How Far Does An Oil Tank Have To Be Away From The House?

If this is your first time installing an oil tank, you must wonder how far an oil tank has to be away from the house? Oil tank replacement experts recommend the tank to be at least 1.8 meters from the house.

The tank should also be 760 millimeters from boundaries such as wooden fences and 600 millimeters from any foliage.

When placing the oil tank, you need to be cautious and ensure you place it in such a way that it’s safe and easy to access.

Other than the distance from the house, there are plenty of other factors to consider when deciding on the best place to locate the tank:

The environment you are placing the tank.

You can install the tank indoors, outdoors, or underground.

Installing the tank indoors

When you store the tank indoors, you don’t have to worry about it being exposed to weather elements such as snowfall or high temperatures, so the tank is more likely to have a long lifespan. Storing the tank indoors also protects it from theft and vandalism.

The flaw of installing the tank here is that you must have a room large enough to fit the tank. If you don’t have a room inside the house, you have to construct one, which means you need to have a backyard large enough for the extra room.

If installing the tank in the house, you need to secure the tank to a support base with a drip tray to protect your house from potential spills.

Installing the tank outdoors

Installing the tank out of the house is always safer as the tank is away from your house and family members. You also have an easy time refilling or repairing the tank when problems arise.

Many homeowners are worried that installing the tank outdoors will mess their garden view, which is true to some extent. However, you can go around this by tucking the tank away at a less noticeable spot.

The disadvantage of installing the oil tank outdoors is that it’s exposed to all the harmful weather elements, which puts the tank at the risk of rusting and corroding, significantly reducing the tank’s lifespan. An outdoor tank also tends to have incessant leaks.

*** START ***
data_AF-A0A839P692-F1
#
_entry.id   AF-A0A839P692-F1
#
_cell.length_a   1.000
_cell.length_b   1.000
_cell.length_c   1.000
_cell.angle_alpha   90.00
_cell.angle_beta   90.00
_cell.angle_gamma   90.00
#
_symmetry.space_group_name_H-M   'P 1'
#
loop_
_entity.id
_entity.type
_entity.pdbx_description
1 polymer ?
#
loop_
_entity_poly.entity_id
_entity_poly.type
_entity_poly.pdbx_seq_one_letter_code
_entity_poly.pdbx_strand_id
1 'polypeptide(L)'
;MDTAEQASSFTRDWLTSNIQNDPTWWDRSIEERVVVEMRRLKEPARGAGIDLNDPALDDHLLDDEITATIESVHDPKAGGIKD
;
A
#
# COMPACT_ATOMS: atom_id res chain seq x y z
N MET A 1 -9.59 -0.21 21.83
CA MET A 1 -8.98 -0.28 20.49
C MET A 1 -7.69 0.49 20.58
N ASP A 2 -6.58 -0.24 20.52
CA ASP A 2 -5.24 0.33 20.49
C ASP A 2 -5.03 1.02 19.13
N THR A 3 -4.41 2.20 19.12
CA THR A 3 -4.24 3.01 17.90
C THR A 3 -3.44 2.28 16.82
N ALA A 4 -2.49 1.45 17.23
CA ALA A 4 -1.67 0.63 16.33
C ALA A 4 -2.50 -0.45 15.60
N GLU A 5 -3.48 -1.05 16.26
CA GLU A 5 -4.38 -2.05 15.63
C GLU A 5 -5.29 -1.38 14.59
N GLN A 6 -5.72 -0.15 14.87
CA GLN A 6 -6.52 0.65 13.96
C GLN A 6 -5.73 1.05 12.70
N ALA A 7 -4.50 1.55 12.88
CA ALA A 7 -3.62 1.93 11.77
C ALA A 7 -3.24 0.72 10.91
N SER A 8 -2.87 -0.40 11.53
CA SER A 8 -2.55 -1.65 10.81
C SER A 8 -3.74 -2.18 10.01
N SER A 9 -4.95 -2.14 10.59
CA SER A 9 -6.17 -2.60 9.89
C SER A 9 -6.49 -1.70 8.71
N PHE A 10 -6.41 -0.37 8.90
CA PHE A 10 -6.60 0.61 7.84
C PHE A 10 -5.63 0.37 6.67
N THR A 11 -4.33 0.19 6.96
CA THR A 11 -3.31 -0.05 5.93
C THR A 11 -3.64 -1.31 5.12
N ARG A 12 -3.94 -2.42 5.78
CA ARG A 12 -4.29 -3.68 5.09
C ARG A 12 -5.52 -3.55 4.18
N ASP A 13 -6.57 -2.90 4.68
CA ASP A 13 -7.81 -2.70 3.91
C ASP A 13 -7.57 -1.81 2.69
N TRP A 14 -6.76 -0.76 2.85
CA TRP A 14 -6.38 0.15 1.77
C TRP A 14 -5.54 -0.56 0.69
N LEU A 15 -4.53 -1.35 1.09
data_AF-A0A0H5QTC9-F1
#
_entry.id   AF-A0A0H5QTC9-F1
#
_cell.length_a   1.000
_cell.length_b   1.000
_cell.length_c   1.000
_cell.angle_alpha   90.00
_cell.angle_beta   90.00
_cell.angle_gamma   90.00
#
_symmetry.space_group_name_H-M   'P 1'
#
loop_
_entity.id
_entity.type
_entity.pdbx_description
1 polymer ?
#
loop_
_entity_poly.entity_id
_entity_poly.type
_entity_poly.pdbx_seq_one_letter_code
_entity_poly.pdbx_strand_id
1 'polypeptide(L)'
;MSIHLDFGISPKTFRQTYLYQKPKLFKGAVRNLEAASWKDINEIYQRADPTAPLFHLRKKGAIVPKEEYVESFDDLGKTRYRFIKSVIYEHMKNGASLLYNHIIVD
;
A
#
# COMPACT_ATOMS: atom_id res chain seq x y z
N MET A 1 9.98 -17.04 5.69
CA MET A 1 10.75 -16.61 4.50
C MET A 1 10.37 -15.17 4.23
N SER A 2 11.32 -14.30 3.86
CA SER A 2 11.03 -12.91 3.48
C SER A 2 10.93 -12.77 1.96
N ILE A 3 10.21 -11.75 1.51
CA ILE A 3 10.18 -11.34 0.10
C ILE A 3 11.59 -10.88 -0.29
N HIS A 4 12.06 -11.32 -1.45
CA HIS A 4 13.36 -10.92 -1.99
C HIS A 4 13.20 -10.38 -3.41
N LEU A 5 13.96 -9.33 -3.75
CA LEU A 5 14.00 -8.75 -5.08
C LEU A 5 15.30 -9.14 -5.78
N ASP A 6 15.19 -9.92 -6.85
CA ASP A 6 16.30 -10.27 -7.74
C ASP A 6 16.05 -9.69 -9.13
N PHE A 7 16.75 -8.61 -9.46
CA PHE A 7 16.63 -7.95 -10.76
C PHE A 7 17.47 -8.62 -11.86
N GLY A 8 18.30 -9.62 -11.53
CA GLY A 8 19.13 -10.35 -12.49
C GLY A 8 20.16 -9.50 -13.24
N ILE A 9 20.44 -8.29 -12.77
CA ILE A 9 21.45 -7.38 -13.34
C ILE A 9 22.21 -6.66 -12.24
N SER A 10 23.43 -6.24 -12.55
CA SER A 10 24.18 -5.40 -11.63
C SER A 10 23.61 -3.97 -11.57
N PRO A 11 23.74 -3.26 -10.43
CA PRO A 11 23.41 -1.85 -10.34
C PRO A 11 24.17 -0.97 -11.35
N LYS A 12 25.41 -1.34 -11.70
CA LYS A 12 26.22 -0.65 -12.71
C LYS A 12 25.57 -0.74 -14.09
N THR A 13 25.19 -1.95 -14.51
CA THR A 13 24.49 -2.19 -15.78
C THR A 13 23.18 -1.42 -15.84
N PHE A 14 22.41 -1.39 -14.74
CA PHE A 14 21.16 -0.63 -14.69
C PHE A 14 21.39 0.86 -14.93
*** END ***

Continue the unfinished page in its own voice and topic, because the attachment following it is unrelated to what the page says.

Installing the tank underground

An underground oil tank makes sense when you feel the tank will ruin your garden look. You can install the tank in the basement, utility room, or dig up a section in your yard and bury it there.

When installing the tank underground, you should note that the installation costs might be higher than the other options. It will also be hard to maintain the tank, and you will have a hard time controlling a spillage.

Ease of access

When choosing the tank’s location, you need to think about how you will be accessing it. Most families need at least two oil deliveries each year, and while most fuel suppliers will try their best to accommodate your location, make their work easy by placing the tank at an area they can easily access.

Placing the tank in an easy-to-access area also makes maintenance and repairs easy and less expensive.

Weather impact

Although the tank will eventually wear out, it’s wise you protect it from certain elements that might speed up the process. For example, place the tank away from guttering and water pools to minimize the risk of corrosion.

Avoid installing the tank flush against the wall, as this will allow leaves and debris to collect behind the tank, increasing the chances of the tank decaying and rusting.

Take good care of the tank.

Installing the tank at the right location isn’t enough—you also need to take good care of it. At least once a year, a qualified oil burner repair service Long Island technician or heating engineer should take a look at your oil tank and fix it if it has any issues.

As a homeowner, it’s your responsibility to keep the tank free of debris and regularly inspect it for cracks, oil spots, and bulges.

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